(vii) That in the Minister of State for Immigration and Ethnic Affairs v Teoh[3], case, the Court found that by entering into a treaty the Australian Government creates a "legitimate expectation" in administrative law that the Executive Government and its agencies will act in accordance with the terms of the treaty, even where those terms have not been incorporated into Australian law. It is worthwhile asserting that the conventional differentiation between the governmental acts with fall outs at the international plane, and the acts impacting the rights and interests of the subjects/ citizens within the realm (domestic jurisdiction), which had been once upon a time made by of Sir R. Phillimore's decision in The Parlement Belge [ vide para 23 p. 30 of this Petition], and which was quoted in Maganbhai v. Union[4], does not survive now. Now we live in a world in which the executive acts done at the international plane, seep into domestic sphere to act often as catalytic agent, but most often as prime over and operative force, mostly, now, through the executive process. Under the Law of Nationality the States protect the interests of their nationals in foreign jurisdictions, but under, what this Petitioner would call the Post-modern International Law, the mighty States promote their business and corporate interests subjecting the not so-fortunate interests under the noxious burden of executing their agenda best if done covertly, otherwise by coercing their Parliaments through the pleas of fait accompli. The realities of the day are captured in the following lines from Noam Chomsky's Hegemony or Survival (p. 13):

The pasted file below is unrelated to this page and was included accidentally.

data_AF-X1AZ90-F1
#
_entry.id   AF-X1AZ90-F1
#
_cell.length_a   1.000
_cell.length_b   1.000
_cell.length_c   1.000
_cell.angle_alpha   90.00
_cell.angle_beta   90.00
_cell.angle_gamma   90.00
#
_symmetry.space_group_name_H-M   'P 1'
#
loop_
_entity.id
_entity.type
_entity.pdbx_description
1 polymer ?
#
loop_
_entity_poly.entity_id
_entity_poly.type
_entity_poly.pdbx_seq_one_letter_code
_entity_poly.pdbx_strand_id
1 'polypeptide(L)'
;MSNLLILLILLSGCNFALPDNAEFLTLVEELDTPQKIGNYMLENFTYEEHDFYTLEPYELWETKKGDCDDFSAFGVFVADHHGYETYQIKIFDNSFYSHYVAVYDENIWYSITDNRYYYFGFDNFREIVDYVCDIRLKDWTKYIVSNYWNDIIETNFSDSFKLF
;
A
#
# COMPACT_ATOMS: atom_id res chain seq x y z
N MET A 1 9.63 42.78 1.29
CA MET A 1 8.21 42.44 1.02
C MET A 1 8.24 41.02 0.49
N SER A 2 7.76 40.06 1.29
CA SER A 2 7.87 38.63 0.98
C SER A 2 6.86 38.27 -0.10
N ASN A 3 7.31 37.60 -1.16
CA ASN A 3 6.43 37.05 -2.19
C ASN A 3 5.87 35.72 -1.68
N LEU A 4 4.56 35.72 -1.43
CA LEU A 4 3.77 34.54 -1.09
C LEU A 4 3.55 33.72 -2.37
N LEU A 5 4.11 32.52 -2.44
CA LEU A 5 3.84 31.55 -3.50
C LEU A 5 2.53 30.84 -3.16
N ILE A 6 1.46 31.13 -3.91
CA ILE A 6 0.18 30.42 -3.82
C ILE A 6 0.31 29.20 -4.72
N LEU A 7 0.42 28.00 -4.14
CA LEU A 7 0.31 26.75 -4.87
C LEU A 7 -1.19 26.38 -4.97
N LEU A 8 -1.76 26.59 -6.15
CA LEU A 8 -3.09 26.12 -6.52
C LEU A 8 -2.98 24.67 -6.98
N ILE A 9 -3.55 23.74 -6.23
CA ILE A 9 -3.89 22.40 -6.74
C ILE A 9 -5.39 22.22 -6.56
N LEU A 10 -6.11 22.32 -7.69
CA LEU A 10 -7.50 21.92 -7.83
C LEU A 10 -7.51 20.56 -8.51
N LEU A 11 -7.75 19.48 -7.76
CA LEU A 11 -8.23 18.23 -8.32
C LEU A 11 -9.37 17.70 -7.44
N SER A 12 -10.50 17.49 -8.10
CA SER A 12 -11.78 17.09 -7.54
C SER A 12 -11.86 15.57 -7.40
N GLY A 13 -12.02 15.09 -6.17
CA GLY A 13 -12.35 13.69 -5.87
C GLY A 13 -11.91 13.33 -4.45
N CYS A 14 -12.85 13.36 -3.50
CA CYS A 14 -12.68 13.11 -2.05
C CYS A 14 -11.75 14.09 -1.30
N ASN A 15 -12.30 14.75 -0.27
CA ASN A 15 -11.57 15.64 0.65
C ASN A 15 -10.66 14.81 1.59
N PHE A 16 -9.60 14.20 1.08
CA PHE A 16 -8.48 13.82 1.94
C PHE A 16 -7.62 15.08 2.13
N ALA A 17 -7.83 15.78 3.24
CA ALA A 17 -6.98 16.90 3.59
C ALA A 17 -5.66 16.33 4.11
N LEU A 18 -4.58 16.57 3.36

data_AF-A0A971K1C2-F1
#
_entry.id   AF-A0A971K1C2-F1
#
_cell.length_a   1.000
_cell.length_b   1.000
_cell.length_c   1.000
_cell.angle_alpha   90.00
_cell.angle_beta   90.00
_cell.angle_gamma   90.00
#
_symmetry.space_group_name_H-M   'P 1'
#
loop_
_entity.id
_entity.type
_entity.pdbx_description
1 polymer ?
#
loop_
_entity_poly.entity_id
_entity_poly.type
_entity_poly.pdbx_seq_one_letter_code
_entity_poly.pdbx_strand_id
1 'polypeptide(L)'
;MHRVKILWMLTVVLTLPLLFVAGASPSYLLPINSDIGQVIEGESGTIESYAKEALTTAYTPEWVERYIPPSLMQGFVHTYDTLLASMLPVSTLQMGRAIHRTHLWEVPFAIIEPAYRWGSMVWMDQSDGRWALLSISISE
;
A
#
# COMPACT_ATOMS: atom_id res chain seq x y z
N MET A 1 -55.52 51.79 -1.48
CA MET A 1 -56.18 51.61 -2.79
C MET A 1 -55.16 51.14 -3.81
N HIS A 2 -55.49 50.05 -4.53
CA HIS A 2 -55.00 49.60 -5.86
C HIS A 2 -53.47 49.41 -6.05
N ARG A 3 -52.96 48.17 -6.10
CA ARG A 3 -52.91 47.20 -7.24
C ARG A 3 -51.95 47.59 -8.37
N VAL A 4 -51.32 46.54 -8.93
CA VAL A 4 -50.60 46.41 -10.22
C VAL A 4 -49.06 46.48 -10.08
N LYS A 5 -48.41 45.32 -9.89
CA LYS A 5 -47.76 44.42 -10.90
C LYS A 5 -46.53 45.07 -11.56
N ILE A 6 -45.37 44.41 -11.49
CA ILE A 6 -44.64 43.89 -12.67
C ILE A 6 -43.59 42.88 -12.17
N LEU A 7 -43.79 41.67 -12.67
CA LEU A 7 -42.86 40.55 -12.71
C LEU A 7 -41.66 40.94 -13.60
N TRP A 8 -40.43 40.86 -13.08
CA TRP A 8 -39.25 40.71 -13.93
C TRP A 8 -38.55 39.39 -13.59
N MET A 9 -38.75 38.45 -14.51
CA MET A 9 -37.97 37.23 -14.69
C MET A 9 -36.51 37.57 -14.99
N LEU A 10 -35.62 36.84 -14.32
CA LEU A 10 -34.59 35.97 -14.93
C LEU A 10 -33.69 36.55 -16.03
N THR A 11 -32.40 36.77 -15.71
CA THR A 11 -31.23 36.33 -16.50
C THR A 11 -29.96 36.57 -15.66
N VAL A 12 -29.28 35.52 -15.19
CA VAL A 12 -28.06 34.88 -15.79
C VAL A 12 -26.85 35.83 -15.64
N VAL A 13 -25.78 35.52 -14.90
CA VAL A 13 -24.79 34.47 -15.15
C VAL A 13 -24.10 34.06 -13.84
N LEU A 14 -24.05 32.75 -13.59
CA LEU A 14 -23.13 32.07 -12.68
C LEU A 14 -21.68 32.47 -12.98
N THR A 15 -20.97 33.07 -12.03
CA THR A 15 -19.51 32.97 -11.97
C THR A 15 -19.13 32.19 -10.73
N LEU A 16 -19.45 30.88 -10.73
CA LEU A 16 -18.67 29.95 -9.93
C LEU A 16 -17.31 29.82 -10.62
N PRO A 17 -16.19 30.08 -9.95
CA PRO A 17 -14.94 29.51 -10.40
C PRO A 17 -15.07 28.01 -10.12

'The whole frame-work of international law is just "hot air", legal scholar Michael Glennon writes: 'The grand attempt to subject the rule of force to the rule of law" should be deposited in the ashcan of history -a convenient stance for the one state able to adopt the new non-rules for its purposes, since it spends almost as much as the rest of the world combined on means of violence and is forging new and dangerous paths in developing means of destruction, over near-unanimous world opposition'"

Now, thanks to the Uruguay Round Final Act, adopted by our Central Government under an opaque system, we are led to such a morbid pass as would be evident from such illustrations as these:

(a) The effects of the TRIPS are certain coerced legislation, certain defeats at the WTO's Disputes Settlement Body, ouster of the jurisdiction of our Superior Courts, encroachment on our Sovereign Space, infraction (accomplished/threatened),Écreation of inter-governmental fora to implement the TRIPS agenda without the nation knowing (the technique of Stealth) [crafted through the memorandum of understanding], censure and command under the U.S. Trade Act of 1974, which puts India on Priority Watch List in 2006, in words with which only a country under seize can put up. We are mandated: "The United States also encourages India to join and implement the WIPO Internet Treaties." Even our judiciary is told how to behave.[5] Under the U S Trade Act 1974 Trade Representative can initiate action against India for punitive retaliation etc. if he is of opinion that our Government has violated a trade agreement (such as a World Trade Organization (WTO) agreement or the North American Free Trade Agreement. That Act even says ". 1. An act, policy or practice is considered to be unreasonable if it is unfair and inequitable, even if it does not violate the international legal rights of the United States."[6] And all this to help the MNCs and to promote their agenda